• As for photovoltaic expectations, there is a slight increase to 155 GWh/day in May, compared to 145 GWh/day in April.

Regarding nuclear power plants, Almaraz II will be back online on May 6, and we will transition to a stable production of 140 GWh/day, higher than the average of 117 GWh/day in April.

On the other hand, the demand forecast for May is 590 GWh, 11 GWh/day more than in April.

In summary, the significant reduction in hydroelectric generation in May will cause hydroelectric plants to stop offering at zero and negative prices, as has been the case in March and April. Additionally, it will allow gas combined cycle plants to return to the power system and once again set prices during peak hours at values of 70-90 €/MWh.

Prices during radiation hours will remain depressed, although we expect them to move away from “zero” prices as a general rule on weekdays. Our forecast is that prices may fluctuate between €40-60/MWh on average in May, depending on weather conditions.

Regarding the evolution of futures markets, they are torn between bearish fundamentals (low energy demand, high expectations of renewable generation, high gas reserves, and comfortable gas supply) and the bullish threat posed by commodity market volatility, geopolitical tensions, and the evolution of the CO2 emissions market.

Juan Antonio Martínez & Leo Gago
Grupo ASE Analysts


Renewable generation has covered 67.3% of the mix this month, nearing its record of 67.7% set last month


Spanish electricity futures edge up slightly but maintain a high discount premium compared to the rest of Europe

Continue reading in Spanish

Precio del mercado eléctrico diario (POOL)

April 2024



+13,7% vs march 2023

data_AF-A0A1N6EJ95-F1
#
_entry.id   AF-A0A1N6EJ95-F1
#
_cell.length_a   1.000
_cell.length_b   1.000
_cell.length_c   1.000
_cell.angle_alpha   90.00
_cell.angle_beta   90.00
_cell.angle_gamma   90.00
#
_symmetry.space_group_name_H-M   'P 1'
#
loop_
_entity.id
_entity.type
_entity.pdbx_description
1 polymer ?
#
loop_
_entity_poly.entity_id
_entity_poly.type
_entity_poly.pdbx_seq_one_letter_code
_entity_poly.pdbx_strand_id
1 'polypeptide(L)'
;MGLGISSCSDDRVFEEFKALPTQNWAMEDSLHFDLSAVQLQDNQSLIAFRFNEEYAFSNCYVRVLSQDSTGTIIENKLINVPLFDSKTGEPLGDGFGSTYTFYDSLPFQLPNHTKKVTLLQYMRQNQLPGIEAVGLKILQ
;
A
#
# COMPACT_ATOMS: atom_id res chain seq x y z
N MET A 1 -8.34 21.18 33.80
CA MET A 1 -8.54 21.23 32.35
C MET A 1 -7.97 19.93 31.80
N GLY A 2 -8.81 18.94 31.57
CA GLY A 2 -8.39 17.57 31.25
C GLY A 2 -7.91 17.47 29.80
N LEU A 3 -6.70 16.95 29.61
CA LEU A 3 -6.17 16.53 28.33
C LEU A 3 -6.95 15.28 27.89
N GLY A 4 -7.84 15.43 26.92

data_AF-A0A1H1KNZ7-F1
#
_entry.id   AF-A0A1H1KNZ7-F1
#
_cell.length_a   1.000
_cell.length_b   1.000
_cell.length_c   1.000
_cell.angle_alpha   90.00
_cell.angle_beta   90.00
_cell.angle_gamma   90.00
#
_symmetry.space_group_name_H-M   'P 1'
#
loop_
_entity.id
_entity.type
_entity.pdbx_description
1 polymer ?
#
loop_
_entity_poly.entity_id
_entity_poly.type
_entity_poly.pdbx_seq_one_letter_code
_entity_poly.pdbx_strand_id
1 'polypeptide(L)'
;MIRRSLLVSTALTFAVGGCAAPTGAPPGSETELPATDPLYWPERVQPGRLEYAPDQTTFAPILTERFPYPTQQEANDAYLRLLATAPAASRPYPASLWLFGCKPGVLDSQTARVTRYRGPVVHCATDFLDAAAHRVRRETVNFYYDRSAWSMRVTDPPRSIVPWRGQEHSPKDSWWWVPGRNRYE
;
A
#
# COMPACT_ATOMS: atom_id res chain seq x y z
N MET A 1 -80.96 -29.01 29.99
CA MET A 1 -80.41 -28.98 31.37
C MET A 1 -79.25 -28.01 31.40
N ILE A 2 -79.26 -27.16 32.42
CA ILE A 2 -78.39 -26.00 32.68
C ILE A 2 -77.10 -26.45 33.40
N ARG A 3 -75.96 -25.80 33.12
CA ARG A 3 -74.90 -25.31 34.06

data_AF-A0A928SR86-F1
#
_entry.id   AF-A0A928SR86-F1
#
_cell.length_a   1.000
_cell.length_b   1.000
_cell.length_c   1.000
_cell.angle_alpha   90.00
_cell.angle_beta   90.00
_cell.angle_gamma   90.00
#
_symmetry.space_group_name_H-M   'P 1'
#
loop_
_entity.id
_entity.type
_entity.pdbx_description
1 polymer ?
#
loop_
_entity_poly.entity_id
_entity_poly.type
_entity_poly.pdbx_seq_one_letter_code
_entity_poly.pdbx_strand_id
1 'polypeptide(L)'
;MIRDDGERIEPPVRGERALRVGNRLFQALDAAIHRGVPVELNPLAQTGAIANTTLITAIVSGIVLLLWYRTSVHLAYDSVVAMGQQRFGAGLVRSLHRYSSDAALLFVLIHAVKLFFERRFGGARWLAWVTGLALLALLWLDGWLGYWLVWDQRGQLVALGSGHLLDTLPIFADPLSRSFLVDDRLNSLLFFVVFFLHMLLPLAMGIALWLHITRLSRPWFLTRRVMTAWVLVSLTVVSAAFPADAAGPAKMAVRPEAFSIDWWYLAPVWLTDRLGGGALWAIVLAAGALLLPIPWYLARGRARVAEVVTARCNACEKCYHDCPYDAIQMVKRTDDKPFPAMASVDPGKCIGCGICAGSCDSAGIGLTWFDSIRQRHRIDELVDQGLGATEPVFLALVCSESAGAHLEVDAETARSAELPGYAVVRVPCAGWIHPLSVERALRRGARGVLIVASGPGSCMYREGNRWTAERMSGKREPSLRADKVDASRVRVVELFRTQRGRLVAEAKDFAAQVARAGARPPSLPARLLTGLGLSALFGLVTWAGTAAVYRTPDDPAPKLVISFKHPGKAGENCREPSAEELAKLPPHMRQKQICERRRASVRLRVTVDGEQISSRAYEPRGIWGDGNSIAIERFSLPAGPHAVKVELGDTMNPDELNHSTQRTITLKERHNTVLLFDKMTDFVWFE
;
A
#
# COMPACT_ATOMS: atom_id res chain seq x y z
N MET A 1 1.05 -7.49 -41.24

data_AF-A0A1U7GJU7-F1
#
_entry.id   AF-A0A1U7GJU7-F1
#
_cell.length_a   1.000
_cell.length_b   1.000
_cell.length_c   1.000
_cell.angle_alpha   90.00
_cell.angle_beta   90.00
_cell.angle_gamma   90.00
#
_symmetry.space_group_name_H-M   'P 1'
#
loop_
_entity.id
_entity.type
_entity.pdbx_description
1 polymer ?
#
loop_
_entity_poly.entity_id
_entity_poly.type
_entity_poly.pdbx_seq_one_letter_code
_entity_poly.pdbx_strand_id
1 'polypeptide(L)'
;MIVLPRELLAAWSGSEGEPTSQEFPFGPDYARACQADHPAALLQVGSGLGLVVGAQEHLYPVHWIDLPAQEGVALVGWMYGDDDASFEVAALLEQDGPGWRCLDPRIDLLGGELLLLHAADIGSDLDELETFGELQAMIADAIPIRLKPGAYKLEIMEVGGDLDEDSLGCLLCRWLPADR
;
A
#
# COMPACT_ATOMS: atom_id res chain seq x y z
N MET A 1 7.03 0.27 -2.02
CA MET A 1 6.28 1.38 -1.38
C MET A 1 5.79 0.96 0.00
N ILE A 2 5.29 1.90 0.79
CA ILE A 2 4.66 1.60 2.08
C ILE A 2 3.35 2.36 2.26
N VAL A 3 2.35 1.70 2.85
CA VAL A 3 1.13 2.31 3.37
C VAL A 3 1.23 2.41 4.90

-46,7% vs april 2022

Evolución del mercado eléctrico diario histórico (POOL)

Precio mercado diario año móvil (365 días)



Precio del POOL medio horario

Los precios horarios del POOL bajan en todas las horas respecto a abril.  

Precios de la energía en Europa

Comparativa por mercados


Precio del mercado eléctrico diario (POOL)

April 2024



+14,13% vs march 2023

-46,47% vs april 2022

Año móvil




Precio del mercado eléctrico diario (POOL)

April 2024



-5,16% vs march 2023

-60,85% vs april 2022

Año móvil




Precio del mercado eléctrico diario (POOL)

April 2024



-23,03% vs march 2023

-74,72% vs april 2022

Año móvil




Precio del mercado eléctrico diario (POOL)

April 2024



-24,8% vs march 2023

-72,77% vs april 2022

Año móvil




Precio del mercado eléctrico diario (POOL)

April 2024



-2,9% vs march 2023

-67,55% vs april 2022

Año móvil



Durante las horas de radiación solar la demanda se reduce más debido al efecto de la potencia instalada de autoconsumo en hogares y empresas.

Mix de generación

Participación de las tecnologías en el mix de generación

La generación solar dominó las horas de radiación con más del 40% del mix.

Generación renovable y libre de emisiones


La generación proveniente de fuentes renovables representó el 53,2% del mix frente al 40% del mismo mes del año pasado.

Libres de emisiones

Evolución de la potencia instalada

Estos son los últimos datos de potencia instalada publicados por REE:

Generación eólica

Generación fósil o hueco térmico

Generación hidráulica y estado de los embalses

Saldo de intercambios con Francia y Portugal

Grupo ASE, con la información que le proporcionan 600 puntos de suministro, elabora índices de precio y consumo de electricidad:

  • Índice ASE CTEI: muestra la evolución del consumo por el suministro completo de electricidad en tarifas industriales de alta tensión.
Los datos disponibles a fecha de hoy se refieren al cierre de march.

Índice ASE CTEI (Consumo)

Mayo se anotó un ligero aumento del 0,42% del consumo frente al mismo mes del año anterior.